per cent of women vs. 57 per cent of men), and sex lives (39 per cent
women vs. 33 per cent men).1 While these numbers do not significantly indicate a gender difference
in terms of back pain impact, they may suggest a trend towards women
perceiving pain differently. What is significant is that 71 per cent of
female respondents say their back pain impacts their ability to do
household chores, compared to only 50 per cent of men.1
According to Dr. Gordon Ko, "women often report more frequent and
intense pain, which may have a biological basis."
Amelia Usher, a married mother of three, knows this reality quite well.
Since injuring her back years ago, her life has been turned upside down
and according to her, even more so than the men she has encountered who
have experienced the same injury. "When I am at the clinic, I often
have conversations with others who have chronic low back pain and have
the impression that my quality of life has been impacted more
negatively than men when it comes to some of the most important things
in life - sleep, taking care of the household and just day to day
While most Canadians experience chronic low back pain as a result of
injury (31 per cent) or their work (25 per cent),1 only 50 per cent of respondents tell their employer about their back
Plan to manage the pain
According to the survey, 62 per cent of people with chronic low back
pain who consulted a doctor, report that their physician has not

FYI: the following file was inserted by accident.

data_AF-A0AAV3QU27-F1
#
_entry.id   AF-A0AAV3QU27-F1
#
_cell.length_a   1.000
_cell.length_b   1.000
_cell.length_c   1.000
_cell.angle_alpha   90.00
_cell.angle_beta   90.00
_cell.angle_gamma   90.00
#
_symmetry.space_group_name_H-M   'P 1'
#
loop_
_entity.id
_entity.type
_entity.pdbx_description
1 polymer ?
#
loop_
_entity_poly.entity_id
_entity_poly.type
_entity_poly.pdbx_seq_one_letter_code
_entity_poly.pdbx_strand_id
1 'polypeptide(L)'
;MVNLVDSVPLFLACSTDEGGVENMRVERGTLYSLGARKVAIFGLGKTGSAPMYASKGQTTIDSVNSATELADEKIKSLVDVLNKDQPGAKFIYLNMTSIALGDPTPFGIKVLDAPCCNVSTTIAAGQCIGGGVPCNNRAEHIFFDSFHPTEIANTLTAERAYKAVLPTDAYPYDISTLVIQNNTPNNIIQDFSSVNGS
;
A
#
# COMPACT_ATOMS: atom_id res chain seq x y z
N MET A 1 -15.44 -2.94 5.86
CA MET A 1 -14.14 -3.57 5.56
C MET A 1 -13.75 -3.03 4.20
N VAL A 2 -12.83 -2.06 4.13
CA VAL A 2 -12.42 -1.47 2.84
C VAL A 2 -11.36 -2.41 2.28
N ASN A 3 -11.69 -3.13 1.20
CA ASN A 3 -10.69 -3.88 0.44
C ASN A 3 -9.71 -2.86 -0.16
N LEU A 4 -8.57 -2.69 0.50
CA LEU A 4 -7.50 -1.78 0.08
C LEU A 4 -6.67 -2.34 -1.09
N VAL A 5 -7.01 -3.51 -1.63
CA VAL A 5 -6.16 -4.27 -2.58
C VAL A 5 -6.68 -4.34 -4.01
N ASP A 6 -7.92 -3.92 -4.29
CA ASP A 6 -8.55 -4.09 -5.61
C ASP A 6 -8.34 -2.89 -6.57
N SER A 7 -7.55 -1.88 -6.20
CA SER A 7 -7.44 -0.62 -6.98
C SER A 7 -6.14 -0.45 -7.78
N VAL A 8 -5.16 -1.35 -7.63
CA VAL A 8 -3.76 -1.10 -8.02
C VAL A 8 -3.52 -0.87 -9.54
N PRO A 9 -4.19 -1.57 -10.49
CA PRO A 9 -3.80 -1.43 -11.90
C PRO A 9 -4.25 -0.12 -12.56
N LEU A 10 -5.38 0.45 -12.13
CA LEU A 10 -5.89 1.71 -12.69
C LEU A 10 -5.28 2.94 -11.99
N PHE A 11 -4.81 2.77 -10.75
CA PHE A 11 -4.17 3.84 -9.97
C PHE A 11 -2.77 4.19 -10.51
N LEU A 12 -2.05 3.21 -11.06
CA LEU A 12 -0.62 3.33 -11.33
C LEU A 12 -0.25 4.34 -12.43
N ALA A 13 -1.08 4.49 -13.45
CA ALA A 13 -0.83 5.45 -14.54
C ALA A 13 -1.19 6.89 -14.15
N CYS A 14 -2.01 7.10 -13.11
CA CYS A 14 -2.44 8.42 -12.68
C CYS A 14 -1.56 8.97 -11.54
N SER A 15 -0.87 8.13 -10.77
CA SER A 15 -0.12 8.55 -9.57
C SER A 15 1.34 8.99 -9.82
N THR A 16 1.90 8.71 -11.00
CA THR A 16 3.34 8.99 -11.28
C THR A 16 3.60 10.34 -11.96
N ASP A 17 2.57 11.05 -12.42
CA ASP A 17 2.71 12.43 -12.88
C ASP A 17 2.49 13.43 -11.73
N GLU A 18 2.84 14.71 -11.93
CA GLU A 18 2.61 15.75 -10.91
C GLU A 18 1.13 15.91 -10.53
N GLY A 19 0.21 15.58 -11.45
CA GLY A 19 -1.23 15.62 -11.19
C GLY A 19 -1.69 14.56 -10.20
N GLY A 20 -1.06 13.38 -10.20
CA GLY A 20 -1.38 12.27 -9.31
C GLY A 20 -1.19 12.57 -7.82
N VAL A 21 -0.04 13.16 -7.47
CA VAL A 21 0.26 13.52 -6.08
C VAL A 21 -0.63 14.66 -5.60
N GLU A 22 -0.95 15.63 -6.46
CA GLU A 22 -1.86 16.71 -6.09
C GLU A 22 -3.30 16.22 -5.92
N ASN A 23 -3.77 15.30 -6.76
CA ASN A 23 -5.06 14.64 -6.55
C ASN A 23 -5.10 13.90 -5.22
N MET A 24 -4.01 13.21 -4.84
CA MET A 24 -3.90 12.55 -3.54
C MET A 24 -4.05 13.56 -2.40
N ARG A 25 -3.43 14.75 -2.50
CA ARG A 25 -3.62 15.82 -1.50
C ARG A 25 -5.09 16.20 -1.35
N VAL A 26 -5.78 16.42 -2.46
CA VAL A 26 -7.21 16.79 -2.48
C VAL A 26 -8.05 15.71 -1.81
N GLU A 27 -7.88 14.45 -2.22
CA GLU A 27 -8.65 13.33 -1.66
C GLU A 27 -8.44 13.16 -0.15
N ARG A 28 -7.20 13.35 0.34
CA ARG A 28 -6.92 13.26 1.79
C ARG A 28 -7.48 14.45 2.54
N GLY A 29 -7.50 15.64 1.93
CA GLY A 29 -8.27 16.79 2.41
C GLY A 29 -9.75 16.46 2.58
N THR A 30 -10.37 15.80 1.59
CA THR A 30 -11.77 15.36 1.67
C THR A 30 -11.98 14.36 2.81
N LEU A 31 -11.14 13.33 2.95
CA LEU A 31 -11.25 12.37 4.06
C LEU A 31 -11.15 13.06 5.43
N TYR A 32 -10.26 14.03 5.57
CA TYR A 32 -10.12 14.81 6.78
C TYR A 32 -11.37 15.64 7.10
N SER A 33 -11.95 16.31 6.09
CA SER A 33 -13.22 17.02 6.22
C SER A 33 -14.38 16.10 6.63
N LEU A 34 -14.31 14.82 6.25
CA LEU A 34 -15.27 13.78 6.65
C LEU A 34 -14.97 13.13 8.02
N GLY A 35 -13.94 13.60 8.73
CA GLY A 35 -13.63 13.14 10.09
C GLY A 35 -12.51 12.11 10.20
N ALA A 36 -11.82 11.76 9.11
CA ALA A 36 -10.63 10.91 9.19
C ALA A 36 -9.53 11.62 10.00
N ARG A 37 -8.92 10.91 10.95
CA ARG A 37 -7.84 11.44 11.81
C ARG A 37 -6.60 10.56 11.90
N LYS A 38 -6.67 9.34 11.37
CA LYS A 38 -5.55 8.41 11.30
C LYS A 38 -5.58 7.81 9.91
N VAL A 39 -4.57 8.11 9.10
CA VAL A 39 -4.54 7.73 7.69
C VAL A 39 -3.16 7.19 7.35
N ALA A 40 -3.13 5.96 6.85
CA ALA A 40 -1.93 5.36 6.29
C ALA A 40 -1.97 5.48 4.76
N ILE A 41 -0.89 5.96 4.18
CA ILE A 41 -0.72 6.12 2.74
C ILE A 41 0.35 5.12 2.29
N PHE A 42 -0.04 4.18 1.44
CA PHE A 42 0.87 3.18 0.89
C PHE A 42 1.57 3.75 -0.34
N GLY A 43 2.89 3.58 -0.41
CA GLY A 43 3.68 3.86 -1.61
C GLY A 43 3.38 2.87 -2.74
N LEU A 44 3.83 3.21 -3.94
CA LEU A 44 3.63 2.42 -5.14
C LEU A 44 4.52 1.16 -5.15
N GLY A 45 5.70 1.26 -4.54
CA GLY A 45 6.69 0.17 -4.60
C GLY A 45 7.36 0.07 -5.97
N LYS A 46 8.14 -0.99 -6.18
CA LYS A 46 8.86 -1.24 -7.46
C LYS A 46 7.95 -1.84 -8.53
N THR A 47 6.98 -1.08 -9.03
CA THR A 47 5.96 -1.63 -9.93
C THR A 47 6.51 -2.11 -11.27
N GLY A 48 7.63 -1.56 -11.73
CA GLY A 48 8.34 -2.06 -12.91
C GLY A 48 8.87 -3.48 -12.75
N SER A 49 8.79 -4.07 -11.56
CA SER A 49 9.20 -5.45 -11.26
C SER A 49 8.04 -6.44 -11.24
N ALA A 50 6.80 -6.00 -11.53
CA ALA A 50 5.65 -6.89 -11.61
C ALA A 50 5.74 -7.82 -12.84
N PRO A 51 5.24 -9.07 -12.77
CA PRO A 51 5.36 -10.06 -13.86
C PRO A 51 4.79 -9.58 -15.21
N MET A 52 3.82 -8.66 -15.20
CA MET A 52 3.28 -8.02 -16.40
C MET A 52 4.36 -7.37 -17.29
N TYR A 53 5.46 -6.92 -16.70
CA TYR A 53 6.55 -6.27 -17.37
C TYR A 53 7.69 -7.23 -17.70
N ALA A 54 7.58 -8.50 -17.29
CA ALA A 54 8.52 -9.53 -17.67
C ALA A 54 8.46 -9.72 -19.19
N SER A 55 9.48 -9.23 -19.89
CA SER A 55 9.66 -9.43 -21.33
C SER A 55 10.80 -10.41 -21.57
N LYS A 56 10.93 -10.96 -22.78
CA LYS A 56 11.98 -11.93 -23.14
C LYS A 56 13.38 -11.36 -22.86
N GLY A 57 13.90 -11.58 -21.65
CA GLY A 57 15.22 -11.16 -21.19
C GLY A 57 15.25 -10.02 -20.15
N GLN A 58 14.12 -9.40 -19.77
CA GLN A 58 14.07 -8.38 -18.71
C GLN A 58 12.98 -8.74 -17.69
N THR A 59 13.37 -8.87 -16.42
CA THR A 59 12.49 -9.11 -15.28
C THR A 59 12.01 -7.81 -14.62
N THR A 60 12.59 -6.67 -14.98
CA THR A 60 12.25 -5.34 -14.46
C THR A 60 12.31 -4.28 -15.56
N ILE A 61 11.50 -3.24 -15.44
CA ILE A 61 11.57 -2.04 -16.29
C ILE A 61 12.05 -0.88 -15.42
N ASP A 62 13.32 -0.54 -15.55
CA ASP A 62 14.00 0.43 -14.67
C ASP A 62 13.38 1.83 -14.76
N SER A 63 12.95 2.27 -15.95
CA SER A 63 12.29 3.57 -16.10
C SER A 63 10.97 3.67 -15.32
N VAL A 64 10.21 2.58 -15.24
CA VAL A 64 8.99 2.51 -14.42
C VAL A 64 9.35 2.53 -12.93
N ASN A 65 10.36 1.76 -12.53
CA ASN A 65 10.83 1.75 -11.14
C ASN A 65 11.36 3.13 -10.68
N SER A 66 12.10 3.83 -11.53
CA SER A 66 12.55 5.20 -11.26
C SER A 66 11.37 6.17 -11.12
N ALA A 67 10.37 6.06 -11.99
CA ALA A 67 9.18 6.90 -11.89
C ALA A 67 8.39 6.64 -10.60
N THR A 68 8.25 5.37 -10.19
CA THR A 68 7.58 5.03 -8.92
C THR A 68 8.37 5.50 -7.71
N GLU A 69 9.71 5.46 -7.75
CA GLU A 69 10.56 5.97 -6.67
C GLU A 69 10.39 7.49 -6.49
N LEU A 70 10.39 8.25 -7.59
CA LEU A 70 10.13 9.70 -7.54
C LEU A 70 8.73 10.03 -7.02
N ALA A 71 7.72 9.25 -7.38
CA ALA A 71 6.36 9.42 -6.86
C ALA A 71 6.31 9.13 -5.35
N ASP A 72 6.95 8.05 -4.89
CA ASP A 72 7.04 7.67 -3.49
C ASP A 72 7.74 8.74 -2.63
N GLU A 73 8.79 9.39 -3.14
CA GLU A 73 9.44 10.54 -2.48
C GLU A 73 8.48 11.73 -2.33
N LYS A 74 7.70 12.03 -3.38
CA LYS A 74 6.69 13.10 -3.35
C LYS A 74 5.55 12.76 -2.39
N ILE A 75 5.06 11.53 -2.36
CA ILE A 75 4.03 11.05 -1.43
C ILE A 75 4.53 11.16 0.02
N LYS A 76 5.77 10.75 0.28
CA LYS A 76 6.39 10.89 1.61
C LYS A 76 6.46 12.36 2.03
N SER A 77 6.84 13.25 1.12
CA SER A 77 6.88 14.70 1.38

provided them with a pain management plan to help them deal with the
impact their chronic low back pain is having on their life, including
concerns and issues about treatment,1 yet among this group, 61 per cent state that they would find this type
of discussion helpful.1
Lynn Cooper from The Canadian Pain Coalition, a partnership of pain
consumer groups, health professionals and scientists studying better
ways of treating pain, says this finding is not surprising.
"Chronic pain continues to be a challenging phenomenon for people with
pain and clinicians to address," says Lynn Cooper, President of the
Canadian Pain Coalition. "That's why we need to work towards a model
of improved patient-physician decision making and encourage
conversations that are mindful of a patient's concerns and beliefs.
Developing a pain management plan that involves multidisciplinary pain
management and lifestyle changes is a step in the right direction that
should produce better outcomes for all people with pain."